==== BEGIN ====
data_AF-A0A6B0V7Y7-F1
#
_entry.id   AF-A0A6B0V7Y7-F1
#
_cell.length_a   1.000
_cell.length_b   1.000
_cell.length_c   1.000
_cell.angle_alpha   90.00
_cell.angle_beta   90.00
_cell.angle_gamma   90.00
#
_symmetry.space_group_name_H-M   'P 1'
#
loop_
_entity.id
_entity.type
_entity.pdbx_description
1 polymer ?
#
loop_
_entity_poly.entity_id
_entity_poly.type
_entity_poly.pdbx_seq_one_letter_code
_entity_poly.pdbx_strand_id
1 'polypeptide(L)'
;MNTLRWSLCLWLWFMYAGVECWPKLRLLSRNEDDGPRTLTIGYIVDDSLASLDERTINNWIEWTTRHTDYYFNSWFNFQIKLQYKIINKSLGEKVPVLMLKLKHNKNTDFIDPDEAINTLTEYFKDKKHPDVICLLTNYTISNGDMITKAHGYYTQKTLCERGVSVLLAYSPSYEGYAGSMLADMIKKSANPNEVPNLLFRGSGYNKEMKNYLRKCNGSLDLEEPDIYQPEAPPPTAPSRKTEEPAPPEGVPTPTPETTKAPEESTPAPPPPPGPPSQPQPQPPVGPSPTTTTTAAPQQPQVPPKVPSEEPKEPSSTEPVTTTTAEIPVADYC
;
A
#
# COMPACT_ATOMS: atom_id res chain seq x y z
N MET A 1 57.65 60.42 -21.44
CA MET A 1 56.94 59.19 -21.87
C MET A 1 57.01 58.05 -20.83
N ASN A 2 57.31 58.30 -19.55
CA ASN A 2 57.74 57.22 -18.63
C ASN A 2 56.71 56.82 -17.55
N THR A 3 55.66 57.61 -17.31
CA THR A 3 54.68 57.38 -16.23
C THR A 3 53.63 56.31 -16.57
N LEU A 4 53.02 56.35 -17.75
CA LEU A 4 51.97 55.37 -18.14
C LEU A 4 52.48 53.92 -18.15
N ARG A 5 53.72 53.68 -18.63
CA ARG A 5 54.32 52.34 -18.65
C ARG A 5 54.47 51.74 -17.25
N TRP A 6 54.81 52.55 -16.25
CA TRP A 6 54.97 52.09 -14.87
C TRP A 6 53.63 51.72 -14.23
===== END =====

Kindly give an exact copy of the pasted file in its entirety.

data_AF-A0A6B0V7Y7-F1
#
_entry.id   AF-A0A6B0V7Y7-F1
#
_cell.length_a   1.000
_cell.length_b   1.000
_cell.length_c   1.000
_cell.angle_alpha   90.00
_cell.angle_beta   90.00
_cell.angle_gamma   90.00
#
_symmetry.space_group_name_H-M   'P 1'
#
loop_
_entity.id
_entity.type
_entity.pdbx_description
1 polymer ?
#
loop_
_entity_poly.entity_id
_entity_poly.type
_entity_poly.pdbx_seq_one_letter_code
_entity_poly.pdbx_strand_id
1 'polypeptide(L)'
;MNTLRWSLCLWLWFMYAGVECWPKLRLLSRNEDDGPRTLTIGYIVDDSLASLDERTINNWIEWTTRHTDYYFNSWFNFQIKLQYKIINKSLGEKVPVLMLKLKHNKNTDFIDPDEAINTLTEYFKDKKHPDVICLLTNYTISNGDMITKAHGYYTQKTLCERGVSVLLAYSPSYEGYAGSMLADMIKKSANPNEVPNLLFRGSGYNKEMKNYLRKCNGSLDLEEPDIYQPEAPPPTAPSRKTEEPAPPEGVPTPTPETTKAPEESTPAPPPPPGPPSQPQPQPPVGPSPTTTTTAAPQQPQVPPKVPSEEPKEPSSTEPVTTTTAEIPVADYC
;
A
#
# COMPACT_ATOMS: atom_id res chain seq x y z
N MET A 1 57.65 60.42 -21.44
CA MET A 1 56.94 59.19 -21.87
C MET A 1 57.01 58.05 -20.83
N ASN A 2 57.31 58.30 -19.55
CA ASN A 2 57.74 57.22 -18.63
C ASN A 2 56.71 56.82 -17.55
N THR A 3 55.66 57.61 -17.31
CA THR A 3 54.68 57.38 -16.23
C THR A 3 53.63 56.31 -16.57
N LEU A 4 53.02 56.35 -17.75
CA LEU A 4 51.97 55.37 -18.14
C LEU A 4 52.48 53.92 -18.15
N ARG A 5 53.72 53.68 -18.63
CA ARG A 5 54.32 52.34 -18.65
C ARG A 5 54.47 51.74 -17.25
N TRP A 6 54.81 52.55 -16.25
CA TRP A 6 54.97 52.09 -14.87
C TRP A 6 53.63 51.72 -14.23